The top 5 things to be excited over Windows 8 for

By: Anthony Garreffa | More News: Operating Systems | Posted: Oct 16, 2012 3:33 am

Windows 8 is nearly here, folks - are you excited? It's going to be a mammoth launch from Microsoft, who are reportedly spending $1 billion or more on a huge marketing campaign stretching the globe. We're looking at the Surface tablet, Microsoft's iPad competitor, a new operating system, a smart device OS (Windows RT, Windows Phone 8) and more.




What should you be looking forward to? Well, a lot! I've compiled a list of five things I think you should be excited for - and as usual, this list is just a personal opinion.


1.) Proper touchscreen support in a Windows OS. Yes, there have been previous versions of Windows that support touchscreens, but Windows 8 has been built with touchscreens in mind.


Not only are we going to see tablets with Windows 8 on them but we're going to see Ultrabooks, notebooks, all-in-one PCs and other form factors with touchscreens. Microsoft's touchscreen revolution will truly start with Windows 8.


2.) An iPad competitor. Microsoft are set to launch the Surface tablet on October 26 along with their next-generation OS and it should really be an interesting device to compare to the already-established giants found in Apple's iPad and Google's Android-powered tablets.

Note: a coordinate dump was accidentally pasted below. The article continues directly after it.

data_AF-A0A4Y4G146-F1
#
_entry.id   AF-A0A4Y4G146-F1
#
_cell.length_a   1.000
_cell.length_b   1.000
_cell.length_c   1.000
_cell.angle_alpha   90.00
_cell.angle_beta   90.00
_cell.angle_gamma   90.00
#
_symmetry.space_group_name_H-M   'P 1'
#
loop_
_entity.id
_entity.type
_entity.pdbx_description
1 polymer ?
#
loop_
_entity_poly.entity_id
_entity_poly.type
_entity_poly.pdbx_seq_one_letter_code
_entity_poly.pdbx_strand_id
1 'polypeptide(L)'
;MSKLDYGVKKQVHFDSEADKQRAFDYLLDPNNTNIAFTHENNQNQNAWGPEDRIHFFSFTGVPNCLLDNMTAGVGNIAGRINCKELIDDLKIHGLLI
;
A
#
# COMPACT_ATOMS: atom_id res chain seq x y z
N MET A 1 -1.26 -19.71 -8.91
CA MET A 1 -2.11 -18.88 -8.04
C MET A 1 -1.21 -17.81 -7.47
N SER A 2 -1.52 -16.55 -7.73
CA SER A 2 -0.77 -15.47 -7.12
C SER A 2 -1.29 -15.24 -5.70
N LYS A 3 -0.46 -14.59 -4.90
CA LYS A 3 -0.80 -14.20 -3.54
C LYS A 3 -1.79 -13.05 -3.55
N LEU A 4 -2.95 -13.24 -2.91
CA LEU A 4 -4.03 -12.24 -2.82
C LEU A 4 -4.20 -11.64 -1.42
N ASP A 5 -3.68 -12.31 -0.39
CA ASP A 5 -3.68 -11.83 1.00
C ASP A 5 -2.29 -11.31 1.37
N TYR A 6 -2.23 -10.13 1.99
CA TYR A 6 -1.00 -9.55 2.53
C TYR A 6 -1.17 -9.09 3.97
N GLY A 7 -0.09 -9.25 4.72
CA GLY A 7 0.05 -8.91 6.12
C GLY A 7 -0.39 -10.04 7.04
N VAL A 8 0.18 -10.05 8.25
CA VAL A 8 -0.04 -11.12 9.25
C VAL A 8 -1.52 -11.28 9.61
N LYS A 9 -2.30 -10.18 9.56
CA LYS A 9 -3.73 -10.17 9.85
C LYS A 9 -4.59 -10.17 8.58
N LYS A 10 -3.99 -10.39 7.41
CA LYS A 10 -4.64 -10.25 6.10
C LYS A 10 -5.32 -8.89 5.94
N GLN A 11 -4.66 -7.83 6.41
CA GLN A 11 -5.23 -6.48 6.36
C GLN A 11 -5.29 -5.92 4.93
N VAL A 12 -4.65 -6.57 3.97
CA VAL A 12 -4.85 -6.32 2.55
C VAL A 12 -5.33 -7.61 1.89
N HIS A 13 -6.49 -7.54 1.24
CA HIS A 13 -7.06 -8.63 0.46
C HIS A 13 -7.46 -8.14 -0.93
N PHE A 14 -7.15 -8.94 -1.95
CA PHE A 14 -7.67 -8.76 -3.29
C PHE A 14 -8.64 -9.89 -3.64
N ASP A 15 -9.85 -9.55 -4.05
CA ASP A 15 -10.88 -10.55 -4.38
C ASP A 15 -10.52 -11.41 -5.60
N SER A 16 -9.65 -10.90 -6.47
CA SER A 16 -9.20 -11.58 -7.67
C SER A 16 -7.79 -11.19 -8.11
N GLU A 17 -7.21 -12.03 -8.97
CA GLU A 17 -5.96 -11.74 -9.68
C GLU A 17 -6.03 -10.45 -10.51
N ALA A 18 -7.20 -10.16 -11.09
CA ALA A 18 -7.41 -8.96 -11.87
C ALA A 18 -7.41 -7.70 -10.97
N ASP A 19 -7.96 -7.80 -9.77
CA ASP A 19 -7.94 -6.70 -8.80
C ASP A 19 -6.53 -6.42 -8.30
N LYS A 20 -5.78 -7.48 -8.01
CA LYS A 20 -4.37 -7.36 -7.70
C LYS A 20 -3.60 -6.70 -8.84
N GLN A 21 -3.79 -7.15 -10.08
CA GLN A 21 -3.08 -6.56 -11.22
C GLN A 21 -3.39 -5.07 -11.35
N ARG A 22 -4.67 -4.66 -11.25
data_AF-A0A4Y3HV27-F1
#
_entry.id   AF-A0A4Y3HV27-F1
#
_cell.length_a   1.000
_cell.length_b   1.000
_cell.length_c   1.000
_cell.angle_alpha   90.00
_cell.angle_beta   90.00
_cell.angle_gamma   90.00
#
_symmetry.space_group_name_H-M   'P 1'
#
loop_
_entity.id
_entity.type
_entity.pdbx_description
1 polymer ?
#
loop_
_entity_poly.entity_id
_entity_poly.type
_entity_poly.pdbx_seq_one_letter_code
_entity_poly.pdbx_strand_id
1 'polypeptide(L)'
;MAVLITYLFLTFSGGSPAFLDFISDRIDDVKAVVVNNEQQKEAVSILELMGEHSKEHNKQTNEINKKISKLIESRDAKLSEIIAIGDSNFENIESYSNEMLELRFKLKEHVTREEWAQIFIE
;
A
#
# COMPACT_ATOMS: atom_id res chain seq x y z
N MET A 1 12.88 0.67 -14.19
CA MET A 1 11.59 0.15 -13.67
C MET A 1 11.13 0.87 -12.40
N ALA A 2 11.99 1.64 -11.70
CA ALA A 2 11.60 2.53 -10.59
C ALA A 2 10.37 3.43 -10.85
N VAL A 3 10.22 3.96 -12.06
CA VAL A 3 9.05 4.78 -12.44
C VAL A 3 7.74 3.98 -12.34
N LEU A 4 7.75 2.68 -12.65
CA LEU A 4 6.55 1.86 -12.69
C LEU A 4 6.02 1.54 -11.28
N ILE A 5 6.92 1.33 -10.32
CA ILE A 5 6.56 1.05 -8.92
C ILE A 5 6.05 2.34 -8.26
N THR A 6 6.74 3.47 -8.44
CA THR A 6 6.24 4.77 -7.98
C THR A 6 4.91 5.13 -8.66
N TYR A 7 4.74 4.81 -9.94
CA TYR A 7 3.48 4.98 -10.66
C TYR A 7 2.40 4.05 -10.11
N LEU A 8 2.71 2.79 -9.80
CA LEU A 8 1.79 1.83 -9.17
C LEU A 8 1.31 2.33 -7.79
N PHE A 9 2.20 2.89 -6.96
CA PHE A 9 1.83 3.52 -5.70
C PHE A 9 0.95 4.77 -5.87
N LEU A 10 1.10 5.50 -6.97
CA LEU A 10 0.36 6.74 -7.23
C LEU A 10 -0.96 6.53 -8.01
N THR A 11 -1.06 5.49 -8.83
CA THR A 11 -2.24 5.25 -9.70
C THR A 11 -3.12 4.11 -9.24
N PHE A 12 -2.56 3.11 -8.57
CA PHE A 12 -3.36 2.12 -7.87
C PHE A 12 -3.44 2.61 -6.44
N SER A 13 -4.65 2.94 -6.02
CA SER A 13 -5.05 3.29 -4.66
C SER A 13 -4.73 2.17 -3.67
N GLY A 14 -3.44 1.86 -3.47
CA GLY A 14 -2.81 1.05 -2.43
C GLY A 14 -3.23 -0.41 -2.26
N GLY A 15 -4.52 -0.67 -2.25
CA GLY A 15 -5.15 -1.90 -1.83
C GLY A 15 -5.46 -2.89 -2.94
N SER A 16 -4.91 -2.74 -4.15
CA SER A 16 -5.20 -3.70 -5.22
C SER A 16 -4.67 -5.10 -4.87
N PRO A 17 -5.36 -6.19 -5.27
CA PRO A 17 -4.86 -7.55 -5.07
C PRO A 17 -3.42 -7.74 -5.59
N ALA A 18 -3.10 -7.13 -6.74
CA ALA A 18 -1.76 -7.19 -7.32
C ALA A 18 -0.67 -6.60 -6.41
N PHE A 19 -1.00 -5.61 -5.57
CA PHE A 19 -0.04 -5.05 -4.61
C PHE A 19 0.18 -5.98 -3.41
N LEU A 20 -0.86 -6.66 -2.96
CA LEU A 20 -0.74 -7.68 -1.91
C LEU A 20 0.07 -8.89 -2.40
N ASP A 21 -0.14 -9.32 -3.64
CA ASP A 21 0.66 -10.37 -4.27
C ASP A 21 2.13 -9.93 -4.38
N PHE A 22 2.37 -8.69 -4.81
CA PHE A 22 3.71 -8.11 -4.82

What will we see in Surface? Well, I expect to see great things from the passion Microsoft have been expelling from every pore about it - so stay tuned for a review of Surface!

Continue reading 'The top 5 things to be excited over Windows 8 for' (full post)

ASUS Taichi 21 dual-screen Windows 8-based notebook goes up for pre-order

By: Anthony Garreffa | More News: Laptops | Posted: Oct 16, 2012 1:33 am

ASUS have one of the most interesting Windows 8-based devices coming out this year, with their Taichi 21 dual-screen notebook. The ASUS Taichi 21 sports two 11.6-inch screens, both featuring 1920x1080-pixel IPS displays.




The first screen is where a notebook screen normally resides, in front of you, the user. The second one is on the rear of the screen, so when the lid on the notebook is closed it turns into an 11.6-inch touchscreen-capable Windows 8 tablet. It truly is a wonderful design. Both screens are IPS-based, meaning we'll see gorgeous color and viewing angles backed up by the Full HD 1080p resolution on each display.